Finance Guest Columnist



In Nigeria, the “get-rich-quick” and “easy money” mindset syndrome are hardly uncommon for an average Nigerian to be unaware of. Closely related to these syndromes is the Ponzi Scheme, a very popular means of acquiring money by investing a certain amount with little or no risk yield, to yield a double of the original amount invested within a very short period of time (45 minutes or 1 hour as the case may be); invest 50k, get 100k in 30 minutes. The acceptance of this enticing deal and the participation in Ponzi schemes can, according to researches, be traced to the following diverse factors arranged in a top-ten order;[1]

  1. Friend’s recommendation
  2. Expected benefits
  3. Current economic situations
  4. Ease of obtaining funds
  5. “Get rich quick”
  6. Testimonials on ‘Schemes’ involvement in solving people’s problem
  7. Personal judgment
  8. Past performance of the scheme
  9. Family member(s) opinion
  10. Perceived ethnics of the scheme

Unfortunately, most times, after the intoxication of the sweet-savouring words of fraudsters, many people become heavy victims of financial scam or fraud. Ponzi schemes [are] fraudulent investing scam[s] promising high rates of return with little risk to investors [which] generates returns for early investors by acquiring new investors and is similar to a pyramid scheme in that both are based on using new investors’ funds to pay the earlier backers.[2] Most of these fraudsters that perpetuate these schemes do not actually invest any amount of money anywhere. Instead, they use monies ‘invested’ by latter investors to pay earlier investors and eventually pocket the remains.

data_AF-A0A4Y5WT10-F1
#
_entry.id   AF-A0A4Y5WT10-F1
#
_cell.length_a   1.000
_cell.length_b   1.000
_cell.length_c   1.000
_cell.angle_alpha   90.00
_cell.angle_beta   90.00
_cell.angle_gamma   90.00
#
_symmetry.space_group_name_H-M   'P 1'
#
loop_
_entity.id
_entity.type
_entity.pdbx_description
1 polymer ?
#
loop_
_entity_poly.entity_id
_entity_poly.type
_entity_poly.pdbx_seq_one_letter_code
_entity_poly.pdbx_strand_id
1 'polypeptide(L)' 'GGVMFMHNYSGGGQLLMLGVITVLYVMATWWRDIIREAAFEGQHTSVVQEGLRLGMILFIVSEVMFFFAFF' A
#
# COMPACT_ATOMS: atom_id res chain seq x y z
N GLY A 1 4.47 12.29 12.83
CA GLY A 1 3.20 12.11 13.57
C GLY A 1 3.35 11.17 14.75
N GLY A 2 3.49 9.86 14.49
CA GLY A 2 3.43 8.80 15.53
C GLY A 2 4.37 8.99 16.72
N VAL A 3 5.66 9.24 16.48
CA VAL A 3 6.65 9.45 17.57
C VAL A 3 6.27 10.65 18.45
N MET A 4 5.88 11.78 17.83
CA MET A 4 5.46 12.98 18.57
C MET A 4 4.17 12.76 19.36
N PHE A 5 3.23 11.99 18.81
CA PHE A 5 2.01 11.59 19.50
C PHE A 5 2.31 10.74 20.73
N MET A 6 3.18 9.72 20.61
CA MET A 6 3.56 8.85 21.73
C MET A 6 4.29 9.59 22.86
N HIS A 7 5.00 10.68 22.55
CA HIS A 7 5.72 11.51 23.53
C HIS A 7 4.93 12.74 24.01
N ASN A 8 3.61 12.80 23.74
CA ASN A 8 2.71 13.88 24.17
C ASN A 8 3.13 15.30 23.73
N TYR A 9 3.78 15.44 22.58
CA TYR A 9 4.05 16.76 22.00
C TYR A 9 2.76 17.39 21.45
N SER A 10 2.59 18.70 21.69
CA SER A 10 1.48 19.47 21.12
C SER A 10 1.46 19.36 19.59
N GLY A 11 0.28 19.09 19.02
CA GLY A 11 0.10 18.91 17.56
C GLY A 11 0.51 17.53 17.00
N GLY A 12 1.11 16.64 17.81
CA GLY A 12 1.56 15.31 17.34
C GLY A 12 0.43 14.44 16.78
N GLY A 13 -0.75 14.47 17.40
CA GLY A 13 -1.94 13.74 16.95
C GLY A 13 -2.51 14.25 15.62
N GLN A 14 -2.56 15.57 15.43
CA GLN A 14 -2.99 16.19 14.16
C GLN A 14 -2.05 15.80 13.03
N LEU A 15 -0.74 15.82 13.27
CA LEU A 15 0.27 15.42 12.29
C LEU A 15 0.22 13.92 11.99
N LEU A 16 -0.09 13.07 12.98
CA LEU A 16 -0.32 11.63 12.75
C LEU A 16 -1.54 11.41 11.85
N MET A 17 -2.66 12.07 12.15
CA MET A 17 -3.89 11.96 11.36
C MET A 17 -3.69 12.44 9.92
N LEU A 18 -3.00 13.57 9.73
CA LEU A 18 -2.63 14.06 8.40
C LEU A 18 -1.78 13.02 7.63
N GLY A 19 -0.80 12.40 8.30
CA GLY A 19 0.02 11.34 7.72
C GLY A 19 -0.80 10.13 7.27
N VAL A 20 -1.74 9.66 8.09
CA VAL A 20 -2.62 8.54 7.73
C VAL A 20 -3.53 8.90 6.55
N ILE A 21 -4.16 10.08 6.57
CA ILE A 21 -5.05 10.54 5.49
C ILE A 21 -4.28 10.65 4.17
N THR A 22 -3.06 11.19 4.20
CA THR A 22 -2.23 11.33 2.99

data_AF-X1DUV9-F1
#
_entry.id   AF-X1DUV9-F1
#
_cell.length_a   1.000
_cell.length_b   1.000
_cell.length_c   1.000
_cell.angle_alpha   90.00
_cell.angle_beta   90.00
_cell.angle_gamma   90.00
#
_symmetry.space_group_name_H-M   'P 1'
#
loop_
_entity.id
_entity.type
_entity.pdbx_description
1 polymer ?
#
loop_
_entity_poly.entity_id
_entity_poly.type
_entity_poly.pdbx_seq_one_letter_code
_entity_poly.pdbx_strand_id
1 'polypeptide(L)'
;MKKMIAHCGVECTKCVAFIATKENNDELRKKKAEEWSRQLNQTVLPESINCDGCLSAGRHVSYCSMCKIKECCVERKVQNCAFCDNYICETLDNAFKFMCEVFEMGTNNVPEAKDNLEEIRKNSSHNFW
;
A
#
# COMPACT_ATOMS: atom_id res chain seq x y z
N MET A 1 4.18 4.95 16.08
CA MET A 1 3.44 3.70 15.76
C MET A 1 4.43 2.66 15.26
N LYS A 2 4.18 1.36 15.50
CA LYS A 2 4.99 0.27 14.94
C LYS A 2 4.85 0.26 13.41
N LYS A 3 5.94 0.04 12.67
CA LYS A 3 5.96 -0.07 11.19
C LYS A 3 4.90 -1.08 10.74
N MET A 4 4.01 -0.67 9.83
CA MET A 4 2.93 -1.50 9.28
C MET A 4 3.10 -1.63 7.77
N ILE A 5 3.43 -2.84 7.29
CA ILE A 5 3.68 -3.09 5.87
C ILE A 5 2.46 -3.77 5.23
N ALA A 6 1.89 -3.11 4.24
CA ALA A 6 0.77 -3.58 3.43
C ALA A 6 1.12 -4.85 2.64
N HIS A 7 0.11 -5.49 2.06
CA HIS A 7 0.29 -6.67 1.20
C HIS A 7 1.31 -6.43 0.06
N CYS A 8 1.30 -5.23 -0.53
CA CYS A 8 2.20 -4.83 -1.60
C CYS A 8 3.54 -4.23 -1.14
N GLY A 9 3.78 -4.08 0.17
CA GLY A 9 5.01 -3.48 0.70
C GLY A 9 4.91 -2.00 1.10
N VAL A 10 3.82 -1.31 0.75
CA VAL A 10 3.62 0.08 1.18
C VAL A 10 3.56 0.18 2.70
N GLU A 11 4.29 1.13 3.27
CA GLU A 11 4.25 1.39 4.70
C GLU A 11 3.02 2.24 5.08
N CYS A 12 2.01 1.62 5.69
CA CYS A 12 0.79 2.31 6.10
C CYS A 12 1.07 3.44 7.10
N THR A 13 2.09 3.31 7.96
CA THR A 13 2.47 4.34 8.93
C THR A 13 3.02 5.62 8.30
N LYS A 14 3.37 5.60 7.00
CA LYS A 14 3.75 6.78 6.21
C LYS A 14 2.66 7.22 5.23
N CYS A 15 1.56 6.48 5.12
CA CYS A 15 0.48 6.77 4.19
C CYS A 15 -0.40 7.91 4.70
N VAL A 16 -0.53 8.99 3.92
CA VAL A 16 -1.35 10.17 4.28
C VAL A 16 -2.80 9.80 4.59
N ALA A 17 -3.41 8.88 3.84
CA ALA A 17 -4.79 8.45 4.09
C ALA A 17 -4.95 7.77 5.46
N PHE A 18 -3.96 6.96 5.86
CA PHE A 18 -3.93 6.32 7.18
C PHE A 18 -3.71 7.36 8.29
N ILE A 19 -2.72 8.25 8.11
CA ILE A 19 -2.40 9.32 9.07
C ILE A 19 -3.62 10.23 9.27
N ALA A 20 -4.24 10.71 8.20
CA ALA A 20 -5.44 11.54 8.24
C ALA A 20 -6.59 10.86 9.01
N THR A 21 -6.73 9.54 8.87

Constant inflow of cash is highly required for the survival of Ponzi schemes. Where new investors are hard to come by or large numbers of existing investors’ cash out, these schemes consequently collapse. A very good example is MMM, arguably the most notorious Ponzi scheme ever in Nigeria. The Nigerian Deposit Insurance Corporation (NDIC) estimated that around N18 billion ($49.3 million) was lost when MMM was shut down in December 2016.[3] Little wonder Ponzi schemes are named after Charles Ponzi, who duped investors in the 1920s with a postage stamp speculation scheme.[4]


In relation to the rapid spread of Ponzi schemes in Nigeria, it has become imperative that members of the general public become acquainted with the position of the law on the subject. By virtue of section 67(1) of the Investment and Securities Act (ISA), 2007:

“No person shall make any invitation to the public to acquire or dispose of any securities of a body corporate or to deposit money with any Body Corporate for a fixed period or payable at call …”, Ponzi schemes are therefore illegal and a felony punishable under the law as evident in subsection 2 which states thus;

(2) If an invitation to the public is made in breach of subsection (1) of this section, all persons making the invitation and every officer who is in default or any body corporate making the invitation shall be separately liable to a penalty of N500,000 in the case of a body corporate and N100,000 in the case of an individual.